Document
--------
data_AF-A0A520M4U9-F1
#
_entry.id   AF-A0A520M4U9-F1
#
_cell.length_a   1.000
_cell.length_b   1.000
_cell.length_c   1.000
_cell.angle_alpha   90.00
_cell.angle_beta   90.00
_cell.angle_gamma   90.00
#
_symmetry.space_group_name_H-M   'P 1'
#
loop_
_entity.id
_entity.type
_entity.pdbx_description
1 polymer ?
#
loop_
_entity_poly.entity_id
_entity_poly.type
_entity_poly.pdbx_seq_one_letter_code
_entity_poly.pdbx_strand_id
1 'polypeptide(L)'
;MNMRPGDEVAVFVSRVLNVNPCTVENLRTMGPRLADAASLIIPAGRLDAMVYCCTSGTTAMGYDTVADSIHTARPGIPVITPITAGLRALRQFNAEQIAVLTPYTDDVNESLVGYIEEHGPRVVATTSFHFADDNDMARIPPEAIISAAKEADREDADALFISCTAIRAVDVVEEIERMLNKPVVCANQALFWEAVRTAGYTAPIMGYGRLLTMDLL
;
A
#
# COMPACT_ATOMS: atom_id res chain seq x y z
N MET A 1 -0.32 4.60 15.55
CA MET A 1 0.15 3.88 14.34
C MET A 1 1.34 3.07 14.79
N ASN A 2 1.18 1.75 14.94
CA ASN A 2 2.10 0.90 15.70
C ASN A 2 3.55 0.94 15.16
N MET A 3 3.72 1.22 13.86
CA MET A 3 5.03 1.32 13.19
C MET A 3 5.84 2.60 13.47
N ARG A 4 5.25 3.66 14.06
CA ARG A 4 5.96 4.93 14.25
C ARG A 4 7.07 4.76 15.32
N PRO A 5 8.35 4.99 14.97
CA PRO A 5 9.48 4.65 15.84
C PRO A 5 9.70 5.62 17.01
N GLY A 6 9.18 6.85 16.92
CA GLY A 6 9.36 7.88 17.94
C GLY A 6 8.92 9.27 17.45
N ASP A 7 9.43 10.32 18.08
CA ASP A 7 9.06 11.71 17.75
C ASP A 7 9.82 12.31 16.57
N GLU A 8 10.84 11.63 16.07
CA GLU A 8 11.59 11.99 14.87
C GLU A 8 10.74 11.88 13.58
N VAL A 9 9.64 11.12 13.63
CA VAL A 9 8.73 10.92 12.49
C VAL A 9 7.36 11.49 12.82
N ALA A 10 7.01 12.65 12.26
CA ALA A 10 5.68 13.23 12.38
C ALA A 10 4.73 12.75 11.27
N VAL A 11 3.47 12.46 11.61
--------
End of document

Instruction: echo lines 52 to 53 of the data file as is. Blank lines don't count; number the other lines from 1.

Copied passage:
N GLU A 8 10.84 11.63 16.07
CA GLU A 8 11.59 11.99 14.87